Puppy Progress Week 5 - Playtime & Natural Instincts


Week 5 in Puppy Land has been a week of big changes, perhaps the biggest yet. In the previous 4 weeks progress had been centred on the pups - getting bigger, getting hairier, getting more active - and certainly that has continued. Yet week 5 has also seen a step change in Leela as well or more specifically in how she has started to interact and play with the puppies over and above just being a source of milk.


I'll start with the puppies and how they have changed. The average 'rate' of growth has slowed down slightly, but in absolute terms there has actually been slightly more growth than the week before. Overall week 5 saw an extra 1.5kg of puppy appearing to take their combined weight to 9.2kg!

DayGeorgeJessTeddyRosePatiBella
2195272254230240275
7355491445387440540
14510770695720695830
2176010851015116510351220
2894012901250151012401500
35108015001470188015251810
x Bigger5.55.55.88.26.46.6

So the weight story continues much as before. Rose is powering ahead while George continues to slip further behind in absolute weight (but not worryingly so). We have had to resolve not to interfere when the others are treating George like a chew toy in playfights, having read that interfering with the natural hierarchy won't help, which fits with our own instinct on the subject. It can be hard to watch at times, but we expect George is going to grow up to be one tough cookie after weeks of being forced to fight above his weight class (besides it's not unknown that he's the one starting it!)

Their coats have also developed amazingly this week, especially George and Pati who seemingly overnight transformed into wiry, fluffy bundles!

  

 

9.2kg is, of course, a lot of puppy for a 7kg dog like to Leela to feed but thankfully, as I said in last weeks update, the pups are increasingly taking more and more to eating from a bowl in addition to Leela's milk. Several times each day we place a bowl of moistened, ground up kibble in with them and provided they're not too distracted by us, Leela, toilet roll tubes, each other, noises from outside, noises from inside......(well lots of things really), they do make a good dent in the portion. When we first introduced them to a soggy kibble mix at the age of 3 weeks old they did show a little interest in it, but the gusto with which they are now (occasionally) attacking more solid food underlines that we may have tried to start them too soon (as we had been worried about Leela nursing). Their teeth and jaws are definitely a lot stronger now, as evidenced by how it feels when they take too much interest in our fingers and toes.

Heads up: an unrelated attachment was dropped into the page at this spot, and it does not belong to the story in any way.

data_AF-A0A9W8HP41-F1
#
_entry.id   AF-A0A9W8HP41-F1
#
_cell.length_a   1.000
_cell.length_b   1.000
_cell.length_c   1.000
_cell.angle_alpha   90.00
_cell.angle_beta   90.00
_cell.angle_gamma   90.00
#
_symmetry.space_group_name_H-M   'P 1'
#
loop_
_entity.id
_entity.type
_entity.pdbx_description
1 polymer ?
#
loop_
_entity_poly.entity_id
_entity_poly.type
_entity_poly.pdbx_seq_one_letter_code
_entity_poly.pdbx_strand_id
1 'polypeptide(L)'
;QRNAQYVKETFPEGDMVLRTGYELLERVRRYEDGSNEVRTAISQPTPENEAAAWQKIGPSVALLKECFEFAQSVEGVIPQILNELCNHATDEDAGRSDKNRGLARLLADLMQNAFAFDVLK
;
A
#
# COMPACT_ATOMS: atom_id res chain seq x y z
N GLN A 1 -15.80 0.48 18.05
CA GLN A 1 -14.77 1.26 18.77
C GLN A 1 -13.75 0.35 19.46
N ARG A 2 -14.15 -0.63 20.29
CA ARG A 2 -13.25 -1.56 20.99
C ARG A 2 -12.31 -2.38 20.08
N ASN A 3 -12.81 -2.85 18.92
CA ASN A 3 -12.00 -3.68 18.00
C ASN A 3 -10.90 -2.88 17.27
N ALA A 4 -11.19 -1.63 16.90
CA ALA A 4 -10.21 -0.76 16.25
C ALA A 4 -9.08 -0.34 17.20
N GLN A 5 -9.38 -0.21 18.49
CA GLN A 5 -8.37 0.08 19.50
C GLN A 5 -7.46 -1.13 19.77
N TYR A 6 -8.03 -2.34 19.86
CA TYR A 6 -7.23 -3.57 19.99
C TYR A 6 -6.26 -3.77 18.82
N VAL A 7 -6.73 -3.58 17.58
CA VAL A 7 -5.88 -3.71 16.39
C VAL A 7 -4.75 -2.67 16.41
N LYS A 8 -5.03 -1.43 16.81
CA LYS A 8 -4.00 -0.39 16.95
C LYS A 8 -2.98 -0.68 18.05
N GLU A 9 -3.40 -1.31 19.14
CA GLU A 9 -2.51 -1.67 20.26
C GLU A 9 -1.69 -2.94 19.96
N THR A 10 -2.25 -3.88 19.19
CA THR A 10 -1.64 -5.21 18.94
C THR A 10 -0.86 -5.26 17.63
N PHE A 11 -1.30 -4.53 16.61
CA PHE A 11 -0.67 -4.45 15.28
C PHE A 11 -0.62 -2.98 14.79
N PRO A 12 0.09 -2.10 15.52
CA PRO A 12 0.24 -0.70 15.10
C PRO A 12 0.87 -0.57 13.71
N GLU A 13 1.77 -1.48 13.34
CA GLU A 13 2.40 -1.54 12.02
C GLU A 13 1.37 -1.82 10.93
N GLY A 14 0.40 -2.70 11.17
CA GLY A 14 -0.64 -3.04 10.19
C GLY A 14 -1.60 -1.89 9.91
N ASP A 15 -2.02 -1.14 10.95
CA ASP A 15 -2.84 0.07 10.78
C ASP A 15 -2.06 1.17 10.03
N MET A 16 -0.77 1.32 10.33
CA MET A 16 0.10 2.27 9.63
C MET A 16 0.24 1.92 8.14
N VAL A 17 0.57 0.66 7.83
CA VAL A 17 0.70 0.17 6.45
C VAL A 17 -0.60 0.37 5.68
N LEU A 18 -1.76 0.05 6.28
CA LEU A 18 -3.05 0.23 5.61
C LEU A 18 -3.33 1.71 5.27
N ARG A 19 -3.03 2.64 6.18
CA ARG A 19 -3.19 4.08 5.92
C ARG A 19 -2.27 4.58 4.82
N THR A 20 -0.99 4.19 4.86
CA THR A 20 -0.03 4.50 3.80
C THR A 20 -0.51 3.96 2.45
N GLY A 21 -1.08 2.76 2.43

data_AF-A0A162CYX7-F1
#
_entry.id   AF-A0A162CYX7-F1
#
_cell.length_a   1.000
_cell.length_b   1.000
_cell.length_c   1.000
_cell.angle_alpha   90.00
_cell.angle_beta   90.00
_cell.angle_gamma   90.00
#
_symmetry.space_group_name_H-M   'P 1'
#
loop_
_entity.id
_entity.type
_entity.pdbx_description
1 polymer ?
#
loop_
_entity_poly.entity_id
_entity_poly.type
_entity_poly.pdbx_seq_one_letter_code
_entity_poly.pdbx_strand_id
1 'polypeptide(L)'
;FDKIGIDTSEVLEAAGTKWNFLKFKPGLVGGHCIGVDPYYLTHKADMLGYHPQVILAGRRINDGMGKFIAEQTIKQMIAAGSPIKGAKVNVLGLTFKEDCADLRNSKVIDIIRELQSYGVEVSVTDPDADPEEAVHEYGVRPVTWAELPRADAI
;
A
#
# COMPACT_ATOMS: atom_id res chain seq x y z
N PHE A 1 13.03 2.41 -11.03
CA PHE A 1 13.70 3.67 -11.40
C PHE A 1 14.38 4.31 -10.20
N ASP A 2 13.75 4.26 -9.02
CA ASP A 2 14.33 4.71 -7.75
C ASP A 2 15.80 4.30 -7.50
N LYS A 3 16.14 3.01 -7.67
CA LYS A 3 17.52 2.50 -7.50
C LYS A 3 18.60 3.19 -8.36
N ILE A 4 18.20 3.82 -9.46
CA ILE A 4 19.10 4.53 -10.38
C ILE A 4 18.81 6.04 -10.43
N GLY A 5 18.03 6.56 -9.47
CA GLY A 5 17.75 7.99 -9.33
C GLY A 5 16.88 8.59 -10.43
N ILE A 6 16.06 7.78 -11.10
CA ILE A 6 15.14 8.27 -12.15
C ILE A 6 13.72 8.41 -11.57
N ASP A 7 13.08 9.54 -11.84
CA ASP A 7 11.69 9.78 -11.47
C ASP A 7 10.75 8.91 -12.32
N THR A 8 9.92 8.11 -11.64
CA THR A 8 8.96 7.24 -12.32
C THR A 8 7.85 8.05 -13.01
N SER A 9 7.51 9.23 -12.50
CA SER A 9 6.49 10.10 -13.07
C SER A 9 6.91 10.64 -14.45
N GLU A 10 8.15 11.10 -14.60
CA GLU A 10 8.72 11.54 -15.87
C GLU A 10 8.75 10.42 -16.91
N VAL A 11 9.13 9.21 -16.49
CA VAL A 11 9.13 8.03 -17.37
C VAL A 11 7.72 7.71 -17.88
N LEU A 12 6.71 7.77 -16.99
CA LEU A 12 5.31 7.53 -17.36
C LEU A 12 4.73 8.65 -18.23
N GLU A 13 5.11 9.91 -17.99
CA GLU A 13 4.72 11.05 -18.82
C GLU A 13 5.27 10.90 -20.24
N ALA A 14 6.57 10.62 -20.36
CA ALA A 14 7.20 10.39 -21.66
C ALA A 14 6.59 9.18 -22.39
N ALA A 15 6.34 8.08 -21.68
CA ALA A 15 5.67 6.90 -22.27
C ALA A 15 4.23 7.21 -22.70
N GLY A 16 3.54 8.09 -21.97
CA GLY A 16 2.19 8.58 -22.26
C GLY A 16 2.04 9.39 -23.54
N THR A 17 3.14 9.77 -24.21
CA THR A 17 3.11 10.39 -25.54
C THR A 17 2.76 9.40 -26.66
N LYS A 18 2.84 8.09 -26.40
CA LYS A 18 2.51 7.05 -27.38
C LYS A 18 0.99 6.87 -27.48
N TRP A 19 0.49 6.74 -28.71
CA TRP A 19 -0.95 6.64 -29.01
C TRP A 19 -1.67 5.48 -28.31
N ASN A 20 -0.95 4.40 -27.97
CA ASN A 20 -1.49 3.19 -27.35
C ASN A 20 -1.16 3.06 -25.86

Also, there was another clear sign that the pups are getting ready for more solids which came via Leela. One afternoon she was in with the pups letting them nurse (which she now has to do standing up as the pups are so big) when she threw up on the floor in front of them. Esther's initial reaction was to shout "quick, get them away from it" but I recalled something I had seen online about mum dogs doing this to encourage the pups to eat. Sure enough, in seconds the pack descended and began tucking into Leela's second hand dinner of kibble, chicken and vegetables (they especially seemed to like the pak choi). Then, about part way through Leela decided they'd had enough, growled and they retreated from the pile which she then finished of herself. It really was very natural and beautiful, in a slightly sticky way. 

In fact, Leela's mothering instincts are a large part of what we have been enjoying watching this week. Back in week 3 we'd been worried about how much time she had been spending away from the pups and her apparent reluctance to nurse them, but that seems to have turned a corner. Why? We're not sure, although one reason could be the new more open and spacious environment we've created for the puppies.
It had been clear for a few days towards the end of week 4 that the pups didn't have enough space and that the high sided cardboard pens were difficult for Leela to get in and out of. So, on managing to find a shop selling a large dog crate and after borrowing a sturdy pen from friends, we overhauled the puppy space. The result was a much bigger area that made it far easier for Leela to get into the puppies and, perhaps more important, out when the marauding furballs charging at her teats got a little too much. We also added a high box that she could jump onto for some rest but still stay near to the puppies. It really does seem to have transformed her willingness to come and go. Sitting upstairs we'll hear some squeaking and scuffling and know she has popped in for a quick feed.